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How Juveniles Get to Criminal Court

NCJ Number
Date Published
October 1994
6 pages
This report uses data from the National Juvenile Court Data Archive to present State and aggregate information on the diverse mechanisms by which juveniles arrived in criminal court in 1992.
Juvenile cases can be transferred to criminal court by means of judicial waiver, prosecutorial discretion, or statutory exclusion from juvenile court jurisdiction. In any State, one, two, or all three transfer mechanisms may be in place. As of the end of 1992, juvenile court judges in all but two States may waive jurisdiction over a case and transfer it to criminal court. Such action is usually in response to a request by the prosecutor. An estimated 11,700 juvenile delinquency cases were transferred to criminal court by judicial waiver in 1992 and accounted for fewer than 2 percent of the cases formally processed in juvenile courts that year. Prosecutorial discretion is typically limited by age and offense criteria, but national data are unavailable regarding the number of juvenile cases tried under the concurrent jurisdiction provisions that allow for this form of transfer. Finally, in 1991 an estimated 176,000 cases involving youth under age 18 were tried in criminal court in 1991 because they were considered adults under the laws of 11 States. Many States also exclude certain serious offenses from juvenile court jurisdiction; some also exclude juveniles who have been previously waived or convicted in criminal court. Figures and tables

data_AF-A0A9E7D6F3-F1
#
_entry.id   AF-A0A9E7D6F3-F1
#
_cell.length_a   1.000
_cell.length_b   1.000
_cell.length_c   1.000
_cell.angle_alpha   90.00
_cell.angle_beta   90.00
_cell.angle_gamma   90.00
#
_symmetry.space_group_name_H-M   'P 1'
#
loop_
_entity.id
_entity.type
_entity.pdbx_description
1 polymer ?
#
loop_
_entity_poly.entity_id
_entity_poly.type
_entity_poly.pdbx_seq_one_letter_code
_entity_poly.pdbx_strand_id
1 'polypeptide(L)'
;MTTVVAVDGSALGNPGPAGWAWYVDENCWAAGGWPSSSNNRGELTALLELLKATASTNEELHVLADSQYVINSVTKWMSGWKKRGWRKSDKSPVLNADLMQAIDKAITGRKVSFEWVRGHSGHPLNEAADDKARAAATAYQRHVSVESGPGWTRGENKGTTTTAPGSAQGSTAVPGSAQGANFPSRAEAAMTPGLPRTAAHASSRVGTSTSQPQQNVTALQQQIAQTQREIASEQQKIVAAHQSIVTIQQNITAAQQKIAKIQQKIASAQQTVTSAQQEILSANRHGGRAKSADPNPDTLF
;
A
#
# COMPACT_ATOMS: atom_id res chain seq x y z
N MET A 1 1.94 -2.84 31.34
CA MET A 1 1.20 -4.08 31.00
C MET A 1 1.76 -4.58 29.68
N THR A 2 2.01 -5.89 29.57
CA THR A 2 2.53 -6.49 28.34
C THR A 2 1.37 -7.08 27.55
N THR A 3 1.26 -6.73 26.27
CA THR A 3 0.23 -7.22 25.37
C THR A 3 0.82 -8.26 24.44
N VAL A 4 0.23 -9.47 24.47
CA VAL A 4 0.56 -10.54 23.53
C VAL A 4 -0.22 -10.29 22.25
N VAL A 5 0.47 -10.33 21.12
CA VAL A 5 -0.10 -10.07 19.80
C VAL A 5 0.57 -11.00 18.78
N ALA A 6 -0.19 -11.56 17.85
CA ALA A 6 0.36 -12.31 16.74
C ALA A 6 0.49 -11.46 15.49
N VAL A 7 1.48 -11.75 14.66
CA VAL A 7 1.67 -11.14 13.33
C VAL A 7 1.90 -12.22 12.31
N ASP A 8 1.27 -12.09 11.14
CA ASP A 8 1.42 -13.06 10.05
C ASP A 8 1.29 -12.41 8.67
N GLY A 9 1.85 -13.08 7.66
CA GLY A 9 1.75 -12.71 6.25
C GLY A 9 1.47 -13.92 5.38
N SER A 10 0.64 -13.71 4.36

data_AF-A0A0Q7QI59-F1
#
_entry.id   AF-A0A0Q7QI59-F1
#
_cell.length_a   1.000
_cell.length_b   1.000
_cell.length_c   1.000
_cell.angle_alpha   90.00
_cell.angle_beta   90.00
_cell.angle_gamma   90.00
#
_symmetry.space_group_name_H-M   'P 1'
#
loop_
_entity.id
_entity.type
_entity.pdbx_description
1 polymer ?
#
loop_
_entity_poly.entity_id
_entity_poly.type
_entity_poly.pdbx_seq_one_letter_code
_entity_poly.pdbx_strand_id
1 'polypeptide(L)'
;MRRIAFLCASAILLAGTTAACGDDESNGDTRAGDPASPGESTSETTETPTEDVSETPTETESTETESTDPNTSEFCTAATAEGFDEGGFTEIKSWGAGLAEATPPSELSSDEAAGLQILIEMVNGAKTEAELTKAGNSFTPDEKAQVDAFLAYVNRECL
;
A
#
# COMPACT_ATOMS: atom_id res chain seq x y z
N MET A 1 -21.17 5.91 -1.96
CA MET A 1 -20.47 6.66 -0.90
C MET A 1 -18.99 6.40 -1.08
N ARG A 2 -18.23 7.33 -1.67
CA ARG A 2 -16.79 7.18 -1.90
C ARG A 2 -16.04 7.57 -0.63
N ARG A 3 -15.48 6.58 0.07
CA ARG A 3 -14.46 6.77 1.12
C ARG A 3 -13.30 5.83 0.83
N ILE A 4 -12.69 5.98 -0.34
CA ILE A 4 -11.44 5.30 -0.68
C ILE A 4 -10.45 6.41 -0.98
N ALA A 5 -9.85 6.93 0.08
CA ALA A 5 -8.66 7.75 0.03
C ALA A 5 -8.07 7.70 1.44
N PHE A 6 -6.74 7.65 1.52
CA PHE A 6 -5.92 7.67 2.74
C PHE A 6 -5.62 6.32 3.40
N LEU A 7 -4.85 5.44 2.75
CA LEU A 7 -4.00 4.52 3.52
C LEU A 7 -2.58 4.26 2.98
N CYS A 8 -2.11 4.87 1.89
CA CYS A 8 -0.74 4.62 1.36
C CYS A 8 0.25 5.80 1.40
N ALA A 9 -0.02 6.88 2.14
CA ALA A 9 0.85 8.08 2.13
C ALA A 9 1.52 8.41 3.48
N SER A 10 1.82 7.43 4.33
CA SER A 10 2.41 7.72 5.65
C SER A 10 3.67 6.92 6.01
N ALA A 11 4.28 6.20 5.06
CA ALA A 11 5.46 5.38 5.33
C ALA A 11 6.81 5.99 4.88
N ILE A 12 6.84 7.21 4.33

Date Published: October 1, 1994